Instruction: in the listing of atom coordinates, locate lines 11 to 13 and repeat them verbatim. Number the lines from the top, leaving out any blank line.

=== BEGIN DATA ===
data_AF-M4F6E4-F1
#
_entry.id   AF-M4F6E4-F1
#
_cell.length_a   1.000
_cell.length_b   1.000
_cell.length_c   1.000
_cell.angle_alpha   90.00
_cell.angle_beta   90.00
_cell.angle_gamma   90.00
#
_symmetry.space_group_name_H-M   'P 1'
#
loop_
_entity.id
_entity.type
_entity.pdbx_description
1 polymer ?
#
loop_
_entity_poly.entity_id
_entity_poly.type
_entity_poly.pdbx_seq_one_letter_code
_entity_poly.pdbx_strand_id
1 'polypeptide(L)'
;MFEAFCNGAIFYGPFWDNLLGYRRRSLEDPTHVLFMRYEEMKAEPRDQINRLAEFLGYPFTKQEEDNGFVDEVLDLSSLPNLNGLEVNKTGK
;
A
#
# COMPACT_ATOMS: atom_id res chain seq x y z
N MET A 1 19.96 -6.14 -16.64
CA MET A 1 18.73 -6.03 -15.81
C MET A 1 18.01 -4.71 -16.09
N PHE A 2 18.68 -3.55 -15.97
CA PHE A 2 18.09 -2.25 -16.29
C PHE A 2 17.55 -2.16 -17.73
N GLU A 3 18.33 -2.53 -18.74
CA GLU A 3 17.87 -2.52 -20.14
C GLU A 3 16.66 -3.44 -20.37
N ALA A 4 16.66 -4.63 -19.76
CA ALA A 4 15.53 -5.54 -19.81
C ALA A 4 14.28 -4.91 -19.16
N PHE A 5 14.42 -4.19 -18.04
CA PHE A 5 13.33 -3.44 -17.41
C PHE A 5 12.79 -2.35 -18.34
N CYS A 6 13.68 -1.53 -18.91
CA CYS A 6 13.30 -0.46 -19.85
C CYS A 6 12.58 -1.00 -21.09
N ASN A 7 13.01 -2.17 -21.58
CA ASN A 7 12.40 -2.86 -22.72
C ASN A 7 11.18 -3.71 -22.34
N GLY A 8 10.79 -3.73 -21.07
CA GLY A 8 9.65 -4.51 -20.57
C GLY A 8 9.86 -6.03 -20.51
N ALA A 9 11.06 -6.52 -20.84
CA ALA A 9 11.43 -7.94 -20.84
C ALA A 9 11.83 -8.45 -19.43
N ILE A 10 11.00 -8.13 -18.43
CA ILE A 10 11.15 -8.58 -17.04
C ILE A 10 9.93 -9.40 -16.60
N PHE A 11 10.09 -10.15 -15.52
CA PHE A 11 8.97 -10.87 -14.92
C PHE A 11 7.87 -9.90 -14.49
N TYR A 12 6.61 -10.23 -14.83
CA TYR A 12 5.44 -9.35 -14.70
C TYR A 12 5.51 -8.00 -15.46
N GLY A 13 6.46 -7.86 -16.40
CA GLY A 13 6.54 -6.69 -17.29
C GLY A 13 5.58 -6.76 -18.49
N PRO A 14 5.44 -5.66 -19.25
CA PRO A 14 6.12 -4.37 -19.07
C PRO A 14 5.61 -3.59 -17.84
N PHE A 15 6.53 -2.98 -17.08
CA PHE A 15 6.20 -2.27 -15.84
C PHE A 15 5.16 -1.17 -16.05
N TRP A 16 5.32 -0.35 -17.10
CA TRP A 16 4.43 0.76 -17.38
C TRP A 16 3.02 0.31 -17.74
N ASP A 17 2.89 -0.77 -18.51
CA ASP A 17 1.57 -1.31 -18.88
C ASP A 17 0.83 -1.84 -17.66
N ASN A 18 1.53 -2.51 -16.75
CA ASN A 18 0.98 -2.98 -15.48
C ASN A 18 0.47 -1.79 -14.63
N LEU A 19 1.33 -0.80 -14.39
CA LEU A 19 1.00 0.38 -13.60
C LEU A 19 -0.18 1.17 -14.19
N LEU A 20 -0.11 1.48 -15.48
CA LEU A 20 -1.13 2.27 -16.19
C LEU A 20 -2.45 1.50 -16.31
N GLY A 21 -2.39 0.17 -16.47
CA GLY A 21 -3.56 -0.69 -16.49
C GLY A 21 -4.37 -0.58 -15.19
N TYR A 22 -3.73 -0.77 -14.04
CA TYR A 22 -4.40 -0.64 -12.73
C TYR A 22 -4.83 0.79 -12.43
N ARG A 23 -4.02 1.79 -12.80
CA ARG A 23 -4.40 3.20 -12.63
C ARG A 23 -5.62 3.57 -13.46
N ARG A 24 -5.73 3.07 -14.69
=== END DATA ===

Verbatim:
#
_symmetry.space_group_name_H-M   'P 1'
#